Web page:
Dr Sonia Hood, FHEA
Study Advice Manager, Study Advice & Maths Support

COVID-19 Library update: Social distancing

Long study table with four seats in library

We encourage you to sit two metres away from other Library users to safeguard your health

Whilst the Library building is open weekdays 08:30-17:00 to card-holders, with immediate effect we are implementing more stringent social distancing measures. To safeguard the health and safety of both Library users and staff, study places will be spaced out and help desks will operate behind barriers. Many other services continue online.

Study space

  • We have introduced spacing between places on open tables to actively encourage users to sit the government-recommended two metres apart.
  • All group study rooms in the Library are closed with immediate effect to discourage the dangers of sitting close within an enclosed area.

Help Points

  • The Library’s Welcome Desk on our Ground Floor remains open for enquiries but we are asking users to talk to us from behind tensile barriers, thus maintaining a safe distance between us. Unfortunately this means you will not be able to pay fines here with cards, but you can still pay fines online if you need to.
  • Although our Study Advice Desk is now unstaffed during this situation, please do ask us your questions and book one-to-one consultations online with:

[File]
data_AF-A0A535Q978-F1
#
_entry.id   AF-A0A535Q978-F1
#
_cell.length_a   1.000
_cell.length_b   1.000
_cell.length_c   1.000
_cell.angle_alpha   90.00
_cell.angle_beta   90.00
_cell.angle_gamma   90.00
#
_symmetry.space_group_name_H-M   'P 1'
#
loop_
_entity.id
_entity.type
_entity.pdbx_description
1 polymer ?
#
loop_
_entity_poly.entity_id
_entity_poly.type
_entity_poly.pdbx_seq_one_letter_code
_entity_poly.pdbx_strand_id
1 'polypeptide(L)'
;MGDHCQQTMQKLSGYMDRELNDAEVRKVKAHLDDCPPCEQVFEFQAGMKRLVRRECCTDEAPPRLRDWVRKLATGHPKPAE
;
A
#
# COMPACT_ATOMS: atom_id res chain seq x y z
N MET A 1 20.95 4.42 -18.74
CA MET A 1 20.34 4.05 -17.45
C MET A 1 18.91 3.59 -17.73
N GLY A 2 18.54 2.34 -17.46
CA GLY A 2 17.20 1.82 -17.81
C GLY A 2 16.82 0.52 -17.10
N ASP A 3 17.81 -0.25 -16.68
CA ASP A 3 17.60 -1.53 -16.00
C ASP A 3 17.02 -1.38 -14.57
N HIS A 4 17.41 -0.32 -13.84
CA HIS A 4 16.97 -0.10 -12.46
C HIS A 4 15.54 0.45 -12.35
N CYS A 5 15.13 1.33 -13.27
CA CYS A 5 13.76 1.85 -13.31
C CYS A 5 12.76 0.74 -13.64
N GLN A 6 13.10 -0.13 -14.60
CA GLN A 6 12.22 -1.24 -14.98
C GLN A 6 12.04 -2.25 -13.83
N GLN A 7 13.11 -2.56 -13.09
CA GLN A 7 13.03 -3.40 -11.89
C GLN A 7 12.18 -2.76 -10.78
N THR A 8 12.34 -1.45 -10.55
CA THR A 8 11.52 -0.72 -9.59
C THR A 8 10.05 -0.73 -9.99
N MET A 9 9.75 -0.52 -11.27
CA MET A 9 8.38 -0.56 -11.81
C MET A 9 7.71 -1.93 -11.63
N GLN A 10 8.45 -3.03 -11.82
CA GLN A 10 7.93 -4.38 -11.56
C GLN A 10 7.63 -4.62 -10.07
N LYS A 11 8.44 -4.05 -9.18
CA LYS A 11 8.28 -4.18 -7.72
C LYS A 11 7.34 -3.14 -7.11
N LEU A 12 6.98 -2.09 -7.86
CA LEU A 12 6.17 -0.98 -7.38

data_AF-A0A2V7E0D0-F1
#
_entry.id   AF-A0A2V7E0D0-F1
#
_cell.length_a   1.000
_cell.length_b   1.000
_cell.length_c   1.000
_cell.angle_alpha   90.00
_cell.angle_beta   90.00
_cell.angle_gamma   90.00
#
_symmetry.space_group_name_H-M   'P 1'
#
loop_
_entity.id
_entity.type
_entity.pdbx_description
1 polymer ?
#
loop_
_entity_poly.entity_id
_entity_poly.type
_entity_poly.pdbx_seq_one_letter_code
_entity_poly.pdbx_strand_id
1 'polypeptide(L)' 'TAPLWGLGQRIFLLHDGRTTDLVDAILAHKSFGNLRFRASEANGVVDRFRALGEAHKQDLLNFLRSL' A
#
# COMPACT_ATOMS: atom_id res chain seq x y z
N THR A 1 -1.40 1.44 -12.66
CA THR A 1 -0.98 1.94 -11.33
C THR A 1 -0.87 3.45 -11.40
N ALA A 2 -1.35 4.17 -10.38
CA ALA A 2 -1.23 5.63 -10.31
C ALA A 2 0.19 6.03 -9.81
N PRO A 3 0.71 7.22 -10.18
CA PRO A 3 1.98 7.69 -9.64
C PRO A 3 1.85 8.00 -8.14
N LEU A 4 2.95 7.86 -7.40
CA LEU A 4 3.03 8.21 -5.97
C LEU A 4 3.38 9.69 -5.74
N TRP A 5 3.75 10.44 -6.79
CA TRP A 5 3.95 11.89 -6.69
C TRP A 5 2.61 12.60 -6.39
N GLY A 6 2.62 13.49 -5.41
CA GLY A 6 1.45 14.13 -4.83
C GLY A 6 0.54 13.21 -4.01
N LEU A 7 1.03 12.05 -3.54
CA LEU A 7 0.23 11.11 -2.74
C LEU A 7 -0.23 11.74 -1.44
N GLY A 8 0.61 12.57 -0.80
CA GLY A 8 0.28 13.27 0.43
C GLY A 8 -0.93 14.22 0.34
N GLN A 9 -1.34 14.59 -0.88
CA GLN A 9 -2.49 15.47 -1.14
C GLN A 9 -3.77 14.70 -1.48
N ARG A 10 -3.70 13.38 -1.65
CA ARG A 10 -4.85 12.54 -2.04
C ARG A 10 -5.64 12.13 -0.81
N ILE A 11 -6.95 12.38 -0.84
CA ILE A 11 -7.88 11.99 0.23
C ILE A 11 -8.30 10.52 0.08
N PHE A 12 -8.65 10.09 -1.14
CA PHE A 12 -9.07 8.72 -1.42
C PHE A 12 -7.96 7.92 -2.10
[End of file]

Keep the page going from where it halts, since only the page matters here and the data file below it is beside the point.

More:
Further information

Please be assured that, in line with the University’s move to online teaching, the University Library continues to provide online resources and additional online help during the current, unprecedented public health situation, although some services have changed. Please see our COVID-19: Library service update for details.

Look out for further Library service updates on the Library websiteUniversity Library News blog, Twitter and Facebook.

Stuart Hunt, Director

COVID-19: Library service update

Silvery-gold clad University of Reading Library buildings in distance, surrounded by green trees, green grass in foregroundPlease be assured that, in line with the University’s move to online teaching, the University Library will continue to provide online resources and additional online help during the current, unprecedented public health situation. However, whilst the Library building remains open weekdays 08:30-17:00 to card-holders at this point, certain services will change with immediate effect.